I have loved dogs since my very earliest years. I grew up on a farm, and the dogs were more of a convenience around the property than beloved pets, but I would always gravitate toward them instead of the myriad barn cats who were always around. I’ve always been a dog person, and I don’t think that’ll change much.
We recently got cats, however, to help control mice around the chicken coop and outbuildings. We took in a stray a friend had been feeding from her back porch for a year, and got a pair of kittens to keep him company. When winter set in, we brought the cats indoors to keep them warm, and to catch that one mouse in the basement. Let me tell you, I learned a lot about cats in the past month.
Mostly I learned to appreciate that my dogs are not cats.
It’s not that I don’t like the cats. I do. They are highly entertaining and so graceful in their playful ways. But they are not dogs. The cats have taught me to appreciate the dogs in ways I didn’t know I needed to.
Over the 15 years that I raised puppies, we constantly dealt with house training in some form. I’d complain about having to clean up yet another puddle of piddle and grumble about finding a tiny pile of poo on the floor. The litter box, however, makes me long for the puddles and piles instead. Somehow, sifting the cat litter is far worse than utilizing a few paper towels and a spray bottle of ammonia.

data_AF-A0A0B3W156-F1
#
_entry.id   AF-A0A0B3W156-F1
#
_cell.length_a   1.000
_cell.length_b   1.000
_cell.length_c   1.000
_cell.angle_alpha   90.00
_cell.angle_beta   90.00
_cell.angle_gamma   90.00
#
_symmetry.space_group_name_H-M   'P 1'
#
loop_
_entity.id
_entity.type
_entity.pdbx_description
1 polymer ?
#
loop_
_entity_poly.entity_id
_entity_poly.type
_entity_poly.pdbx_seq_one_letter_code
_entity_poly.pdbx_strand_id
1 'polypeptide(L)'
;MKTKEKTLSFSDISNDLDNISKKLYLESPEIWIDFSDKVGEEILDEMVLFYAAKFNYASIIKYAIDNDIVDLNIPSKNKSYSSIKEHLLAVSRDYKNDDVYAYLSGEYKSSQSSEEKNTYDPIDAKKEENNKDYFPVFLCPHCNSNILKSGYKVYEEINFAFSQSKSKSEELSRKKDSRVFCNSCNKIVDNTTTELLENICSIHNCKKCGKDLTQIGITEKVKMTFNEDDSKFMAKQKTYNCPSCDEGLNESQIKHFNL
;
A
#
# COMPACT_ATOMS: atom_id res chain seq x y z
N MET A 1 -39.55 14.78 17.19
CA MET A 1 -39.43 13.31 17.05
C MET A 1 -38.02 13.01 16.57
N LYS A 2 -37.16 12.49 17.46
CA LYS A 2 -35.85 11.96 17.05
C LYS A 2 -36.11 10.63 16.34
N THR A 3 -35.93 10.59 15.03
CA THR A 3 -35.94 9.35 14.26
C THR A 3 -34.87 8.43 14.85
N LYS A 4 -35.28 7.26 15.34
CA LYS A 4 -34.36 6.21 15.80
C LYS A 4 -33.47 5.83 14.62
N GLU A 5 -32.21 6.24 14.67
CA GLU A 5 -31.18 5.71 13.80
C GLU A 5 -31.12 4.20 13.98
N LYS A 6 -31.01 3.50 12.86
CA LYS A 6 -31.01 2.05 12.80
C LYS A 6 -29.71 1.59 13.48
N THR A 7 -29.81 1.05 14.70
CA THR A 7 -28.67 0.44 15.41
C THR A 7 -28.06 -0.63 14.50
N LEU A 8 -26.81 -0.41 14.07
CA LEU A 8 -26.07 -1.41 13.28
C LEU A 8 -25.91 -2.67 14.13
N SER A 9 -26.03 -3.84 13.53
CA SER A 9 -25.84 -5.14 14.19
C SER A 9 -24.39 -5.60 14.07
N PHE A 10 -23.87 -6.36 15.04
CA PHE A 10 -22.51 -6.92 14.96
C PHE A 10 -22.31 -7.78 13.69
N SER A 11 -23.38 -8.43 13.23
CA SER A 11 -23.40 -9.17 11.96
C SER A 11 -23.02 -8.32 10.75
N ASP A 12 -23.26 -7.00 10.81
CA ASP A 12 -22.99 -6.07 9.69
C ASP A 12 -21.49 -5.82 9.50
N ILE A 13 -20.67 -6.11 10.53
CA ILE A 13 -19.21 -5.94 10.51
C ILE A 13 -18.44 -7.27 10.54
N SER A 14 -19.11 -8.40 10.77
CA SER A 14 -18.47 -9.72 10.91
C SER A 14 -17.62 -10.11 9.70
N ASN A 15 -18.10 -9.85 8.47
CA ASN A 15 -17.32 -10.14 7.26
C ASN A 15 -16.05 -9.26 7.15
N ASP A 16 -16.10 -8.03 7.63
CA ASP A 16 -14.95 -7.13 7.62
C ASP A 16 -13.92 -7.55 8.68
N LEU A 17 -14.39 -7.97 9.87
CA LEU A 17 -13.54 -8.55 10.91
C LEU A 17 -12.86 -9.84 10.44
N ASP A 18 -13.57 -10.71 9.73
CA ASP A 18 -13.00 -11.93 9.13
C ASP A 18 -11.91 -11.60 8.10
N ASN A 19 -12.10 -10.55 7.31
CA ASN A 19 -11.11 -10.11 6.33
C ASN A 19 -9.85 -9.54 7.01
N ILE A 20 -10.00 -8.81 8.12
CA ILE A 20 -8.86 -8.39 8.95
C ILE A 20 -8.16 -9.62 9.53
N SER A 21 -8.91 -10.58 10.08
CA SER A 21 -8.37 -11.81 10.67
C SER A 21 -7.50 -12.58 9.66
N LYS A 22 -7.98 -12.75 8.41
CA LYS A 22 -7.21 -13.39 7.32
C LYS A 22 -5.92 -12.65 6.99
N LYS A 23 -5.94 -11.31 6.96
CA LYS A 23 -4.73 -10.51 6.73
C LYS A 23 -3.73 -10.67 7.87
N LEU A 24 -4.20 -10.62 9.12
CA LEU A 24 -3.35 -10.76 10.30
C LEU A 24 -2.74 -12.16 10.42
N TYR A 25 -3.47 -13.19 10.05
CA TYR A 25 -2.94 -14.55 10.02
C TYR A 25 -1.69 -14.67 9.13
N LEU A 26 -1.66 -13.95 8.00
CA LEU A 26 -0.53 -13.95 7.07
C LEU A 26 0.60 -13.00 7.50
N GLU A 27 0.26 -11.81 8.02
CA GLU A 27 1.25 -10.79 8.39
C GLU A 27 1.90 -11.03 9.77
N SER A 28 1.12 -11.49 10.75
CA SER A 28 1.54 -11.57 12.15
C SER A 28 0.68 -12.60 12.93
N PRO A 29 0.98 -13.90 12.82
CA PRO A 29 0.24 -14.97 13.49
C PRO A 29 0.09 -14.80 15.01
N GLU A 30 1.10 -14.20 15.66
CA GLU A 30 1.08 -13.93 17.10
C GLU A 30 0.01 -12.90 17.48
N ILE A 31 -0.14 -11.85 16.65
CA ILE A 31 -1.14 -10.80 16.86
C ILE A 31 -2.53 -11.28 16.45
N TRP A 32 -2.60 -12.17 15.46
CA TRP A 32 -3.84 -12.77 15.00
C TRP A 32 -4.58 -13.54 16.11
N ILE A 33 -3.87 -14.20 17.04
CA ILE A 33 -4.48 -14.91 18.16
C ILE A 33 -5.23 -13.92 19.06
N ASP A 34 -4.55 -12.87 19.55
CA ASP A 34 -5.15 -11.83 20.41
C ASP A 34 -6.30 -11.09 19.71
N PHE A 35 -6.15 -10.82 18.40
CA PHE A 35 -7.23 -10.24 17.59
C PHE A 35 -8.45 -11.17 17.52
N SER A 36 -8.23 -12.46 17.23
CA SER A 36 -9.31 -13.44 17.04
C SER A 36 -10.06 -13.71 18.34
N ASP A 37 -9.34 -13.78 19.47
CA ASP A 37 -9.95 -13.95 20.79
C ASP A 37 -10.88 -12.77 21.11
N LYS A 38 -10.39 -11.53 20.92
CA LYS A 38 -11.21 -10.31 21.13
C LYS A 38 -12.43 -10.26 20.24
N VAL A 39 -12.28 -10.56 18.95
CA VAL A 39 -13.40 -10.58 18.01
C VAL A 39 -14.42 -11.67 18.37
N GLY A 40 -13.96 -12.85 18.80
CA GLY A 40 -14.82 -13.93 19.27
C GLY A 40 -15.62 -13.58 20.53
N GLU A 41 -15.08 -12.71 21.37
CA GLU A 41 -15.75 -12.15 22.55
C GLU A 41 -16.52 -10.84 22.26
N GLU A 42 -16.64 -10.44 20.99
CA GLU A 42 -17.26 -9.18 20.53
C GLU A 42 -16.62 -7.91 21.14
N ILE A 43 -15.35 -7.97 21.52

Also, cat litter is expensive. I didn’t know this before, but I am keenly aware now. I had no idea that I needed to appreciate the fact that my dogs can poop freely, for free.
I crate them to ensure they don’t get into things they shouldn’t, and we all wake up in the morning happy to see each other. I didn’t know that I needed to appreciate this until I brought those kittens indoors. Some mornings, I’m not so happy to see them. Those are the mornings following a “let’s destroy the sewing room” rampage. Ribbon is unrolled from one end of the room to the other. Fabric is knocked off shelves. Scissors are batted off the cutting table and hidden underneath.
I am still finding pieces to the dog coat pattern I bought three times to compensate for all the pieces the cats took. The cats have the uncanny ability to know what is important for the next day, and will find a way to sabotage it. My dear dogs sleep blissfully through the night, happily crated and snoring loudly.
Speaking of crates, the dogs love theirs. Who knew I needed to be thankful for this? I had to put the cats into a carrier to take them to the vet, and that was an ordeal I don’t want to repeat anytime soon. How can a cat morph into an octopus (with claws, of course) when they don’t want to go into a smallish space? It’s unnatural. Dogs are so much easier to wrangle and hold, even when they’re terrified.
Cats are counter surfers. Or at least sewing-table surfers. I can’t cut a pattern without fear of finding a paw or a whisker too close my scissors. The cats make it hard to get work done. I didn’t even realize I needed to be grateful for my dog Louie sitting patiently at my feet as I measure, cut, and stitch for hours on end. He’s quietly out of the way while still lending moral support.
Cats have no personal space boundaries. Or rather, they are keenly aware of them and look for ways to violate my personal space. Louie, the dear that he is, respects me when I give subtle hints that he’s a bit too close to my face with his tongue. The cats will walk over me as though I’m not even there, or plop themselves in the two inches of space between my belly and the laptop just because they want attention. They could care less that I have work to do. I appreciate my dog and his respect for my workload. He’s a patient boy, always waiting quietly beside me until I tell him it’s time to play. I didn’t know I needed to love my dog for this until the cats taught me otherwise.